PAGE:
A federal judge threw out on Tuesday the last of the civil claims against Spokane and a former police chief brought by an officer who was fired following a DUI arrest in 2009.
Bradley Thoma sued the city and former Spokane Police Chief Anne Kirkpatrick for discrimination, breach of contract and other alleged damages following a three-year-long battle to reclaim his job and lost wages. U.S. District Judge Salvador Mendoza Jr. dismissed the last of Thoma’s claims - that he was retaliated against by the department when he asked for accommodations of his diagnosed alcoholism - and closed the civil case in a decision published Tuesday.
Thoma’s attorney, Bob Dunn, said the former Spokane police officer will appeal the dismissal of the case to the U.S. Ninth Circuit Court of Appeals.
City Council President Ben Stuckart lauded the federal court’s decision and dismissed claims by Dunn the rejection of a settlement agreement in February 2012 was a mistake. Dunn said when the lawsuit was filed, “These are politicians who don’t have a clue about what they’re doing except wasting their taxpayers’ dollars.”
“The dismissal of the charges proves the council was right, and we’re not idiots,” Stuckart said. “Bob Dunn, for all his bravado, the courts didn’t agree.”
“I’m glad we had the chance to prove him wrong,” Stuckart added.
Thoma was arrested for driving under the influence in September 2009 and ordered to use an ignition interlocking device to operate a motor vehicle. Kirkpatrick said it was impractical to outfit a police cruiser with such a device and offered to keep Thoma on “non-commissioned layoff status” for two years while the court order was in place. At the end of those two years, Thoma was to be considered at the top of the civil service list for re-employment with the department, though he would be demoted from sergeant to detective as punishment for his DUI.
Thoma rejected the offer. He was fired in December 2009.
At a hearing that month, Thoma said he made his employers aware that he suffered from alcoholism, which he described as a disability. In the claim rejected by Mendoza on Tuesday, Thoma said the department retaliated by failing to offer accommodations for his disability and terminating him.
But Mendoza said this claim did not pass muster.
“While this statement misconstrues the purpose and legal requirements of a reasonable accommodation, which is to accommodate a disability and not the collateral consequences of violating the laws that (Thoma) had sworn to uphold as a police officer, the Court has already found no discriminatory practices occurred,” Mendoza wrote, referring to a previous court order tossing Thoma’s discrimination claim.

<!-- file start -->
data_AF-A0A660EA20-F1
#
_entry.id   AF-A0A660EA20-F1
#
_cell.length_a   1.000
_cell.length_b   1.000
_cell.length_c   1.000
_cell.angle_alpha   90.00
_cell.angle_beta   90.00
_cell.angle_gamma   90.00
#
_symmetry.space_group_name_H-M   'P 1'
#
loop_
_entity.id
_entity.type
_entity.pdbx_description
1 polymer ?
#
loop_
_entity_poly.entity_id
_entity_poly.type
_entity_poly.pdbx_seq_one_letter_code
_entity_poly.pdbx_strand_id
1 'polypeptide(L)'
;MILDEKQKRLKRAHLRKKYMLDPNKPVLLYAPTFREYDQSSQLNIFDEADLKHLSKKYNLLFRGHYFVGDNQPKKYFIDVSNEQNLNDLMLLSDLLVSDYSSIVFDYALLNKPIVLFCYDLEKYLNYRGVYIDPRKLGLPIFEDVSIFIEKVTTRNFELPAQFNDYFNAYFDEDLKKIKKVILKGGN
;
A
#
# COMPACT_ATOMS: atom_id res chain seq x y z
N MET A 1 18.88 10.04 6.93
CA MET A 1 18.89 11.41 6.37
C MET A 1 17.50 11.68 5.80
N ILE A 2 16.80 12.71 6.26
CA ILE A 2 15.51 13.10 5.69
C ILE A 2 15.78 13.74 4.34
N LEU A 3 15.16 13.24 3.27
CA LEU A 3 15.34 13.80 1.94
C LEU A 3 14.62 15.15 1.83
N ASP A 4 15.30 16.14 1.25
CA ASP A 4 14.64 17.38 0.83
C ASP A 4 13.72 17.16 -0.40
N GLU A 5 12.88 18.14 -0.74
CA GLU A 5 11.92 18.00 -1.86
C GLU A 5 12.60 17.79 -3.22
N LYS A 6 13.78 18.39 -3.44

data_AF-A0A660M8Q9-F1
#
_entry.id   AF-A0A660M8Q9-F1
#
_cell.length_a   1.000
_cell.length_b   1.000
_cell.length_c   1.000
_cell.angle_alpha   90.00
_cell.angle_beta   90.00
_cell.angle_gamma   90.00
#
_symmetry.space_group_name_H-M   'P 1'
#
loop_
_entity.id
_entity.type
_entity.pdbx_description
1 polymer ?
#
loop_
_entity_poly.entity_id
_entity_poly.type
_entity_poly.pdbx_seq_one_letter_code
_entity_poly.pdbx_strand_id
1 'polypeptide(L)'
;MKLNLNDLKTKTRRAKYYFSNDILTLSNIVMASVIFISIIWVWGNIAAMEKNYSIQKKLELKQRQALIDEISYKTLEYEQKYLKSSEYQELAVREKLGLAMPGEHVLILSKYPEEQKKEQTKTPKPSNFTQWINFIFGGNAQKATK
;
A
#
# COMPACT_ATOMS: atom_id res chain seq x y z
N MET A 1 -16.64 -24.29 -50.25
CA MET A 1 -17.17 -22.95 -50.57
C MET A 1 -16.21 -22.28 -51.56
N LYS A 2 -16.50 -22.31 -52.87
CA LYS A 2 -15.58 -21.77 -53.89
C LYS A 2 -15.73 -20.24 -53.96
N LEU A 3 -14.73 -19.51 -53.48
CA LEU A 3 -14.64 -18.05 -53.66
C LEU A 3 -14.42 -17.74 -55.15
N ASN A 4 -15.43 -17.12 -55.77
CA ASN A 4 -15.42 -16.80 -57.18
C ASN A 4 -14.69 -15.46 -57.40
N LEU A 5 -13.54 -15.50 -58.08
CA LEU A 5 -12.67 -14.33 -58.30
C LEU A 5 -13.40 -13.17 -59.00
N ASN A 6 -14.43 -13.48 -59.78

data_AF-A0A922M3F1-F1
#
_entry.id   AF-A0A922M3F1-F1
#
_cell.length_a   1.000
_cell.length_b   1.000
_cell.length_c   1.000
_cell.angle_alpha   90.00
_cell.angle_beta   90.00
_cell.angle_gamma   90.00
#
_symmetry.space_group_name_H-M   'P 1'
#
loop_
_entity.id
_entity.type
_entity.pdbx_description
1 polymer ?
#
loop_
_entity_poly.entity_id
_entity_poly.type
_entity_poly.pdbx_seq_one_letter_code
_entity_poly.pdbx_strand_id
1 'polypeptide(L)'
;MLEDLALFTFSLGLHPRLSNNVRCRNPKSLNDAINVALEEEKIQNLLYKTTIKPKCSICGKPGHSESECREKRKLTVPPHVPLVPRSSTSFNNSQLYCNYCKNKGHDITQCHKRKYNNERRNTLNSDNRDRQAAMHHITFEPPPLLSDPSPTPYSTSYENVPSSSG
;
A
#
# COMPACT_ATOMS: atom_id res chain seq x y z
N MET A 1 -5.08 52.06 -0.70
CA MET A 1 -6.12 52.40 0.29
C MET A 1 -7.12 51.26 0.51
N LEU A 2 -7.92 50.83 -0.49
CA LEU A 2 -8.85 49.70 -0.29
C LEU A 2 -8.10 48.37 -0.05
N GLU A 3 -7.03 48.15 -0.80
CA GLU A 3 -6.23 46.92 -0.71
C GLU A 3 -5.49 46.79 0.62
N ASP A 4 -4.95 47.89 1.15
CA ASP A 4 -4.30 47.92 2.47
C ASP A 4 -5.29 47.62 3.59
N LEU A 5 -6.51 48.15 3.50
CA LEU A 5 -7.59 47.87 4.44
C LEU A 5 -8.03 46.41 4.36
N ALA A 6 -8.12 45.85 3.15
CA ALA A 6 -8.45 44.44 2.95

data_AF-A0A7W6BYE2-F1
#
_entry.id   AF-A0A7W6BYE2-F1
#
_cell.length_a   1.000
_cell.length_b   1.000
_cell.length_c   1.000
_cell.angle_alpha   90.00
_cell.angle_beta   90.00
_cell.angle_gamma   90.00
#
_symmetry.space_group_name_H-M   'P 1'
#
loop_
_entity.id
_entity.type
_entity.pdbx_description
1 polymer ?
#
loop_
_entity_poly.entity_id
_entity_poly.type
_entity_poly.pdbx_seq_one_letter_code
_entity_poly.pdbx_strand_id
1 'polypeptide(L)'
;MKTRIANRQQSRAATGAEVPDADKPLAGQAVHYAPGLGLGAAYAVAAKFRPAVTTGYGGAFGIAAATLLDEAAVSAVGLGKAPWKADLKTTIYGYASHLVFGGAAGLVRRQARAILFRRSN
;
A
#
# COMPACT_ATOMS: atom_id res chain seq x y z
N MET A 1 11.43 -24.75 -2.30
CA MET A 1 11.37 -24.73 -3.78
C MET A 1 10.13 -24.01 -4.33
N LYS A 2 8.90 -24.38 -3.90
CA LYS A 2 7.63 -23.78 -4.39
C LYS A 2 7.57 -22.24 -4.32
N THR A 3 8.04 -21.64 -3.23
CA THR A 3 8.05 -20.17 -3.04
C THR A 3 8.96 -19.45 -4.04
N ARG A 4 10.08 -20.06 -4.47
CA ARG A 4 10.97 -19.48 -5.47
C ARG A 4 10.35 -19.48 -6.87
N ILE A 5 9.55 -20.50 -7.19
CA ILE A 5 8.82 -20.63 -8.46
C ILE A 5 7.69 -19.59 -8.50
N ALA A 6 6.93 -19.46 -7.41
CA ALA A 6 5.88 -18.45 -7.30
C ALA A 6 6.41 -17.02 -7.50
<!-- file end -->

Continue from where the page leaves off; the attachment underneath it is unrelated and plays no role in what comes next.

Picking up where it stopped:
Dunn said he and Thoma were not surprised by Mendoza’s ruling. He said the issue in the case remains the same as it was when the case was filed.
“The question is whether or not alcoholism is a disease,” Dunn said. “There’s a difference between what legislators have said and what the courts have said.”
Council president Stuckart said Thoma’s transgressions were too egregious to reinstate the officer.
“When someone is drunk, and then runs from the scene of the crime, there’s no way they should have their job back,” Stuckart said.
A settlement agreement brokered by city attorneys, Mayor David Condon and Thoma was signed in February 2012, pending approval by the state Human Rights Commission (with whom Thoma had lodged a complaint) and the Spokane City Council. The Commission rejected the agreement, which would have reinstated Thoma as a detective and given him back-pay at a sergeant’s salary for the two years he was laid off. Five days later, the City Council unanimously rejected the agreement, with Councilman Mike Fagan voting “hell no.”
Thoma sued the city the next day, initially forwarding nine civil claims. Mendoza’s rejection of the retaliation claim this week closes the case at the District Court level, as all other claims had been dismissed or withdrawn by Thoma. Any continuing legal action would take place at the appellate level.
Thoma is now police chief in Baudette, Minn., where city officials said in February they were pleased with his performance and that he was candid about his issues in Spokane prior to his hiring.